Sediment Movement

Sediment Movement Image

Sediment can move in a water body as suspended in the water column or the bottom...

    Sediments provide part of the “lifeblood” of a river, transporting materials eroded from upstream to down, carrying with them nutrients and carbon. How sediments are distributed greatly effects in stream and downstream landforms, including the Delta in Viet Nam. The sediment transport capacity is the ability of the river to suspend and carry sediments from zone of production to zone of deposition. As the capacity changes, so does the amount of sediment load carried. As the Mekong Basin was formed by different tectonic shifts millions of years apart, there are differing sediment yields for different areas of the basin. The Ailao-Shan shear zone and the Central Highlands dominate sediment production, with smaller sediment contribution from northern Lao tributaries. The discharge of the river into the ocean provides nutrients critical to support production for coastal fisheries.

     The current sediment load is on the order ~100-150 x10⁶m³/yr. The critical question is, what will happen to future sediment yield under different dam development scenarios?

The challenges of understanding the transport of sediemnt is summarized by Wang et al (2011).....“Although sediment issues have critical implications for aquatic ecology, agriculture, water supply and river navigation, studies regarding the sediment production, deposition and transportation in the Lower Mekong River are relatively sparse. With the construction and operation of dams in the Upper Mekong River, this issue has attracted considerable attention in recent years. The estimation of sediment loads has been hindered by the serious lack of sediment measurements in the Lower Mekong River. Wang et al (2011) investigated the possibility of estimating the sediment loads for the years without good quality measurements in the Lower Mekong River. To make this estimate, the study classified the rating curves on the basis of the synchronous nature of the suspended sediment concentration and the water discharge among the adjacent stations (e.g. Chiang Saen, Luang Prabang, Nong Khai, Mukdahan and Khong Chiam). Together with other methods, it was possible to estimate the yearly sediment loads for the period of 1962–2003 at the five mainstream Lower Mekong River stations. Consequently, the spatial and temporal variations in the sediment loads and water discharge in the Lower Mekong River were examined. In addition, the possible impacts of Chinese dams as well as the annual sediment load of the Mekong River into the sea were also investigated.”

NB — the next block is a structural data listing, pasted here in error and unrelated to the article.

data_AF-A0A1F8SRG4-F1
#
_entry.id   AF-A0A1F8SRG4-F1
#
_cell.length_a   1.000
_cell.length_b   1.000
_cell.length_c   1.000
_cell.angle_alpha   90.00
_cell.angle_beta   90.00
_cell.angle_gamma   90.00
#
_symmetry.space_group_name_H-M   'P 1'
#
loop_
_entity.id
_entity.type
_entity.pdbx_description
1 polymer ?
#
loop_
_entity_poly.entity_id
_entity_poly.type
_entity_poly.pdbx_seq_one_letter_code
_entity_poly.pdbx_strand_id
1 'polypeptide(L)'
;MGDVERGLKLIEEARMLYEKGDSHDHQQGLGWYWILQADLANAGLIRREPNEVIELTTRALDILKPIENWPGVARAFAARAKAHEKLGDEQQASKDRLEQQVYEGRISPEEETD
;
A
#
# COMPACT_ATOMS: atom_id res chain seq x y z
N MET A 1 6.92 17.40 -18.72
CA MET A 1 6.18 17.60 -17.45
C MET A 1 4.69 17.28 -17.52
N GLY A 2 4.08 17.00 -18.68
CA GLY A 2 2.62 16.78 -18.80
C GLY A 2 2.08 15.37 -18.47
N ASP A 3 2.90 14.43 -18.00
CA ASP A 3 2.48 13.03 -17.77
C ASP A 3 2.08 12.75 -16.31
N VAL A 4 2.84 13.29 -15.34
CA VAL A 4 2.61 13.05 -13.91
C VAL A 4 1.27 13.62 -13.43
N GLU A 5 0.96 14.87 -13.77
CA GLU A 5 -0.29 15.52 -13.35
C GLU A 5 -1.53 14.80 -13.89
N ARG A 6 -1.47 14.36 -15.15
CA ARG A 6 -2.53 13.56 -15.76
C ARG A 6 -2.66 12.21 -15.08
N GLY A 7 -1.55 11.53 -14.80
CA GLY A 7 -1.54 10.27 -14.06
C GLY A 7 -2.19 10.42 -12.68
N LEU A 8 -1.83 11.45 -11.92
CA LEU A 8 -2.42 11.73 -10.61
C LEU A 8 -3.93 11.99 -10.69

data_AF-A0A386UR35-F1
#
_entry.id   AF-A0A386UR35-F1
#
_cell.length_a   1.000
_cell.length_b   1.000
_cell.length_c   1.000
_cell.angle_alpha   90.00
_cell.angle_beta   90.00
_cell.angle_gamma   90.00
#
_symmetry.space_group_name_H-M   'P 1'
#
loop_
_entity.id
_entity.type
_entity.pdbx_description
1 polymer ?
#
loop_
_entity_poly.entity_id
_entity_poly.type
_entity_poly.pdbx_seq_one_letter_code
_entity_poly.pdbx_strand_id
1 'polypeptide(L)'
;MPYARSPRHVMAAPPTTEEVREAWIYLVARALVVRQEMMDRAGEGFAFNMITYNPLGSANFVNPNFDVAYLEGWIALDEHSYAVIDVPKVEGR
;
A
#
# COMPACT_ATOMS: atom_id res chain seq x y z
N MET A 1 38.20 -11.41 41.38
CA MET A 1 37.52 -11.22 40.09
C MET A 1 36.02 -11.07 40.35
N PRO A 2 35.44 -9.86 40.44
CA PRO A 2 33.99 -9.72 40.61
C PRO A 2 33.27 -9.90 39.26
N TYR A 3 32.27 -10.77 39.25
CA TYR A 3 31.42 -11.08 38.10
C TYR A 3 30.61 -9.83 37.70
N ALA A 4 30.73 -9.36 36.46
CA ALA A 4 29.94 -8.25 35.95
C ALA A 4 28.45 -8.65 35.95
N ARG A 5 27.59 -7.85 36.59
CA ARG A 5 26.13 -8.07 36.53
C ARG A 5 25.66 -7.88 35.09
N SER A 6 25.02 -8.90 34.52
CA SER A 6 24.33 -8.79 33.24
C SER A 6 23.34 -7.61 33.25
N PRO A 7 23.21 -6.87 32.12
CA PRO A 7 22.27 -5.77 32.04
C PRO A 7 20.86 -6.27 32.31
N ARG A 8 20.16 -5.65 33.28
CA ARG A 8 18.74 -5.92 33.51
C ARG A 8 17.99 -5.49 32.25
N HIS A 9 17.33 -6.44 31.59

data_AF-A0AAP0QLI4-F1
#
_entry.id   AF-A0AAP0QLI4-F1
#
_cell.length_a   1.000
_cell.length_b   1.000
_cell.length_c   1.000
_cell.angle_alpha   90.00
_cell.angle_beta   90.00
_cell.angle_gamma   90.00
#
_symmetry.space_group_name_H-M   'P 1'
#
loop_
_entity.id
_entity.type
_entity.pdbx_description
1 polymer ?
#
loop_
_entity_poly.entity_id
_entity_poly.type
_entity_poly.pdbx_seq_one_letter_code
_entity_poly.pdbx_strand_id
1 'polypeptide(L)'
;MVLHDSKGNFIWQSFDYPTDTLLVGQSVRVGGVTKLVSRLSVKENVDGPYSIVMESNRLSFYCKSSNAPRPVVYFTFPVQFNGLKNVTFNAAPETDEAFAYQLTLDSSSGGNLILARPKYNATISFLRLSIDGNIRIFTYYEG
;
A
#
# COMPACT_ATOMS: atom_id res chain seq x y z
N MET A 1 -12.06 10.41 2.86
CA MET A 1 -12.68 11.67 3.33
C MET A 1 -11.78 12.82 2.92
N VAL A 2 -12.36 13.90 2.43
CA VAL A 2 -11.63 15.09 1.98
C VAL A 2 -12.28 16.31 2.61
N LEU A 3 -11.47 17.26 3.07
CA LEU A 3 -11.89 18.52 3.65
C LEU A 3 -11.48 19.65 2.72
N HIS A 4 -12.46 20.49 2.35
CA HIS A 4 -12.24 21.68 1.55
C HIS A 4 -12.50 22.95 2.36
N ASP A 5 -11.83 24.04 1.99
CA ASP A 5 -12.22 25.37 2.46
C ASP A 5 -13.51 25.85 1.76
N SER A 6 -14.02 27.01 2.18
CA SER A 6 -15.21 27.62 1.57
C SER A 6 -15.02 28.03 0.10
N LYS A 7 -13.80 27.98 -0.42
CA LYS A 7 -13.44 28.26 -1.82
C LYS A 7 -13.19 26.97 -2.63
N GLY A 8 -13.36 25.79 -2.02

Wang, J.J.,m X.X. Lu, and M. Kummu. 2011. Sediment load estimates and variations in the lower Mekong River. River Res. Applica. 27: 33-46.